It would be impossible to top our experience at the 2010 Lightning Strikes Adventure Race, but that’s certainly no reason to skip it in 2011. Eager to once again explore the wonders of Camp Benson, Team Virtus decided to compete in this outdoor endeavour put on by Gerry Voelliger and our good friends at Team High Profile Adventure Racing. For those who don’t know, Gerry is a stone cold ladies man….
At registration, Gerry informed us that he’d made arrangements for us to stay in one of the larger, newer cabins. This was great since we had such a large group. This year’s roster included Casey, Austin, Mr. Steve Lamb, Luke, yours truly and Adam Laffoon.
Casey: If you look closely we all were rocking sweet facial hair of some kind. Even my son and my Dad decided to forgo the razor for several weeks leading up to the event. Austin looked like he had been drinking chocolate milk and my Dad looked a bit like a derelict. However, they became true members of TV for their wilingness to conform to the team dress code. Don’t miss Adams wicked Fu Manchu and Bob’s 70’s porno star stache.
After checking in and dropping off our gear, we headed into town for a Team Virtus time- honored tradition:
This was our second assault on the Kountry Kettle, and one that will not be soon forgotten. Despite our lack of elbow room at such a small table, this quickly became a 2-fronted assault. While the rest of us exploited the Kettle’s foolish decision to offer an all-you-can-eat menu of fried meat, Mr. lamb shocked the locals by being the first vegan to walk through their doors. When he asked if there was anything on the menu not fried, dipped in grease or containing meat…you would’ve thought he’d claimed allegiance to Al-Quada. The entire room literally stopped. Praise be to Alla-..I mean, thank God he was wearing a flannel shirt, or someone may have shot him. (Terrorists never wear flannel)
Luke: Two dudes sitting behind us literally stopped eating, put down their forks, turned around, and stared in disbeif. It was hilarious, and it would not be the last time that Dad would shock onlookers.
Casey: You should have seen the guys behind my Dad. They literally froze, forks in midair and became stone cold silent and looked totally lost and confused. Was this little man in red flannel some sort of comedian. THey were waiting for the punch line. If a man walked through the door in white robes and a thorn crown and proclaimed to be the second coming of Christ they would’ve have been less surprised.
Furthering the awkwardness was Austin’s fury with his father. Here, we see him threatening to put a chicken leg up Casey’s ass if we didn’t stop making fun of the way he wears his pants. I’m sure this would have been immediately followed by Casey asking if it was gay to eat a piece of chicken that had been in his own ass. I mean, it is his ass.
Alas, time had worked against us once more and we had to leave the restaurant before fully defiling ourselves. With semi-full bellies and sound minds, we made our way back to camp and got settled in for the first round of lectures.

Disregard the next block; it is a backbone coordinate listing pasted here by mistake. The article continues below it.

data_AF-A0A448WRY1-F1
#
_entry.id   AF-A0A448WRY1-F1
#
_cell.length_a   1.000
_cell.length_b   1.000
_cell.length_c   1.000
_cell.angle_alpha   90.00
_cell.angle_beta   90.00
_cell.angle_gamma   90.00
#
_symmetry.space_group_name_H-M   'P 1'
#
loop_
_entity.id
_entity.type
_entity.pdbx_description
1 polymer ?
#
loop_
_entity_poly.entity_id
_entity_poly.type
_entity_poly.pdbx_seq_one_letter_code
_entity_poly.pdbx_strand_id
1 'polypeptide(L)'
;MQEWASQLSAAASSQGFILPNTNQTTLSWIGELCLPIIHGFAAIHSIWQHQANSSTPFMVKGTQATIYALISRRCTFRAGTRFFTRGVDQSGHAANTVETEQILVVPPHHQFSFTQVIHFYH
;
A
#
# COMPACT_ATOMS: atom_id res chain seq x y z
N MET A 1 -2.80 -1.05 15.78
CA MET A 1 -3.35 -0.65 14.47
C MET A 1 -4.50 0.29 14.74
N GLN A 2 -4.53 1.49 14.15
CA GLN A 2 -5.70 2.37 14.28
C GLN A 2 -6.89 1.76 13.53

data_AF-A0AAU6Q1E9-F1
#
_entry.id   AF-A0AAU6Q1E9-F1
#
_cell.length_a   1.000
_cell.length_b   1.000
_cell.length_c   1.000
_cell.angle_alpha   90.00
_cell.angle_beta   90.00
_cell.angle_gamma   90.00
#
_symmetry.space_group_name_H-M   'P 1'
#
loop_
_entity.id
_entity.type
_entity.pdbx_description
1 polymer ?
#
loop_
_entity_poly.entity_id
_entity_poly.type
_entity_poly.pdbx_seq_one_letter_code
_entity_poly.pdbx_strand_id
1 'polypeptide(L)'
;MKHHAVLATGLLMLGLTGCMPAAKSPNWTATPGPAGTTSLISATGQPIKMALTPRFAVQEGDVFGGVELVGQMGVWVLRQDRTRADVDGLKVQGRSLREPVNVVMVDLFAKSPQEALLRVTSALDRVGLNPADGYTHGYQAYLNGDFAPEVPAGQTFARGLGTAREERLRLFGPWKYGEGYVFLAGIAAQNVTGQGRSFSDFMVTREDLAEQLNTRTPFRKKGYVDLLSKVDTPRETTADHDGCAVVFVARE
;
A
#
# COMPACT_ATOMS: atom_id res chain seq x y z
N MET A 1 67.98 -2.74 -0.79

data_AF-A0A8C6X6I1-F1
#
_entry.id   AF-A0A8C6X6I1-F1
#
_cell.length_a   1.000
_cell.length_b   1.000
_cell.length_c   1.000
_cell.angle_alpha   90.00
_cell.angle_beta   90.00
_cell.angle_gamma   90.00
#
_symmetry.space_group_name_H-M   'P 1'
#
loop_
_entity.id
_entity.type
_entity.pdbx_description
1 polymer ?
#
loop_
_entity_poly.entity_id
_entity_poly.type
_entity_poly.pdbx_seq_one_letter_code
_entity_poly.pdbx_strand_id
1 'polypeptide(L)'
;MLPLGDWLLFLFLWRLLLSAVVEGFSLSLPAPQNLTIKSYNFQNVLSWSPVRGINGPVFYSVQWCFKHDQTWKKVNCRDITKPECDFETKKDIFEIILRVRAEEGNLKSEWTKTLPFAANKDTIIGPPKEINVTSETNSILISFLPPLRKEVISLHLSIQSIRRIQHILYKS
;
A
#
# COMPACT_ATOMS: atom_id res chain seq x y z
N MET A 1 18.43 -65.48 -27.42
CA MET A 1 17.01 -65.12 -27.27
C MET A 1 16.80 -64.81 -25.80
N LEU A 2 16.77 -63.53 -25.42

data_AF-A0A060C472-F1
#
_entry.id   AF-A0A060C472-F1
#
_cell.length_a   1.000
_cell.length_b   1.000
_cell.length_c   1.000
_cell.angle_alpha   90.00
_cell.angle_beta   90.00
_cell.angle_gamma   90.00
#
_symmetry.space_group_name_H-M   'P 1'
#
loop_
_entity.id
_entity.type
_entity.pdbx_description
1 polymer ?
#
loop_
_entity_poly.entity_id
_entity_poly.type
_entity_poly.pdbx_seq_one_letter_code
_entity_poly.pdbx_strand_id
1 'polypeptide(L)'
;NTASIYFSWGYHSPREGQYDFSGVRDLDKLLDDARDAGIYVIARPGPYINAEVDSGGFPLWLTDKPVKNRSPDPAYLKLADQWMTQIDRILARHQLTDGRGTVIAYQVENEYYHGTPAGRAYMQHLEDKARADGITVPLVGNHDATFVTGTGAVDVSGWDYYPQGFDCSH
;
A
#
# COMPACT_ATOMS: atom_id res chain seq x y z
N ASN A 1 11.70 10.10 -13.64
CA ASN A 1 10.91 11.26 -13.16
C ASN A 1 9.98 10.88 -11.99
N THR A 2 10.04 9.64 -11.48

Luke: On the way back to camp, we narrowly escaped a head-on collision. It was as close as you could get to a disastrous crash without actually crashing. Pretty scary stuff, but Casey did a fine job of maneuvering the minivan.
Bob: I forgot about that. That was some pretty scary shit.
There were lots of familiar faces at camp this year, and it was nice to see everyone again. It was also nice to finally meet the members of Whiskey Tango Foxtrot Adventure Racing, otherwise known as WTFAR.
It was later learned that we’d be sharing a bunk-house with these gentlemen. Much to the dismay of all others present, Casey declared a “no-holds-barred” fart war against WTFAR to establish our dominance. Noone was safe, and I do mean noone.
Luke: The only female in our cabin elected to sleep in her car on the second night… Seriously. The poor girl.
Casey: We may have won the gas war but we lost the pyschological war that went on that night. Team WTF kept our cabin up with a noise that sounded like a groundhog being stepped on and a ferret being choked at the same time. One of the WTF team members makes some very unique sounds when he sleeps. They were sporadic and, according to his team, a usual accurance. How would you guys describe the sounds?
Bob: It sounded to me like a screaming midget tap-dancing on a xylophone.
A gas-induced nausea eventually caused team-mates to turn on one another. Here we see Austin falling victim to the fabled “sniper-fart”. These are rarely caught on film:
The poor kid never had a chance. And as you can clearly see, Adam had every opportunity to warn him. What an asshole.
Casey: Bob thought Austin might need alittle help with the facial hair requirement and hooked him up. I thought this was very thoughtful of him, but he really only gave it to him as a distraction to get his “sniper” rifle into position. Poor kid…he never saw it coming.